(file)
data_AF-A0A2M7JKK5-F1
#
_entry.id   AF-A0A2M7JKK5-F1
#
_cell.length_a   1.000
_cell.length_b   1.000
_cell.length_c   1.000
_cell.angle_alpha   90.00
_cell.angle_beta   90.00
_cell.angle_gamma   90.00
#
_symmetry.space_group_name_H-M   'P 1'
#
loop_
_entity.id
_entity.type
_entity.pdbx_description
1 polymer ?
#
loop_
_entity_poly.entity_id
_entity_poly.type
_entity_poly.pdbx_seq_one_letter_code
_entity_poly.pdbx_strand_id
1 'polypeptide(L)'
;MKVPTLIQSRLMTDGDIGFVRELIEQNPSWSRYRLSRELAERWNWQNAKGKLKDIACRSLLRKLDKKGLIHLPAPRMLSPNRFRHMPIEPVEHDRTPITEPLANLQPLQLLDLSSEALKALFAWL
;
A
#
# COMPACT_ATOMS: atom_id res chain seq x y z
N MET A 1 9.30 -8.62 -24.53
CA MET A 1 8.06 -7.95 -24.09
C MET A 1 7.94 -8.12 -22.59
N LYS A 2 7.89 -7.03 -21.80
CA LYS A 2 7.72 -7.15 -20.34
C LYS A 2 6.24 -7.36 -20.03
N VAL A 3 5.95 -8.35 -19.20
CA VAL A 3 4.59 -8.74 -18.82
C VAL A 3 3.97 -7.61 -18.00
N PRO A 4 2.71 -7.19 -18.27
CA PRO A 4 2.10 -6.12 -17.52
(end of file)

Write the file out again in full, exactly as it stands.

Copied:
data_AF-A0A2M7JKK5-F1
#
_entry.id   AF-A0A2M7JKK5-F1
#
_cell.length_a   1.000
_cell.length_b   1.000
_cell.length_c   1.000
_cell.angle_alpha   90.00
_cell.angle_beta   90.00
_cell.angle_gamma   90.00
#
_symmetry.space_group_name_H-M   'P 1'
#
loop_
_entity.id
_entity.type
_entity.pdbx_description
1 polymer ?
#
loop_
_entity_poly.entity_id
_entity_poly.type
_entity_poly.pdbx_seq_one_letter_code
_entity_poly.pdbx_strand_id
1 'polypeptide(L)'
;MKVPTLIQSRLMTDGDIGFVRELIEQNPSWSRYRLSRELAERWNWQNAKGKLKDIACRSLLRKLDKKGLIHLPAPRMLSPNRFRHMPIEPVEHDRTPITEPLANLQPLQLLDLSSEALKALFAWL
;
A
#
# COMPACT_ATOMS: atom_id res chain seq x y z
N MET A 1 9.30 -8.62 -24.53
CA MET A 1 8.06 -7.95 -24.09
C MET A 1 7.94 -8.12 -22.59
N LYS A 2 7.89 -7.03 -21.80
CA LYS A 2 7.72 -7.15 -20.34
C LYS A 2 6.24 -7.36 -20.03
N VAL A 3 5.95 -8.35 -19.20
CA VAL A 3 4.59 -8.74 -18.82
C VAL A 3 3.97 -7.61 -18.00
N PRO A 4 2.71 -7.19 -18.27
CA PRO A 4 2.10 -6.12 -17.52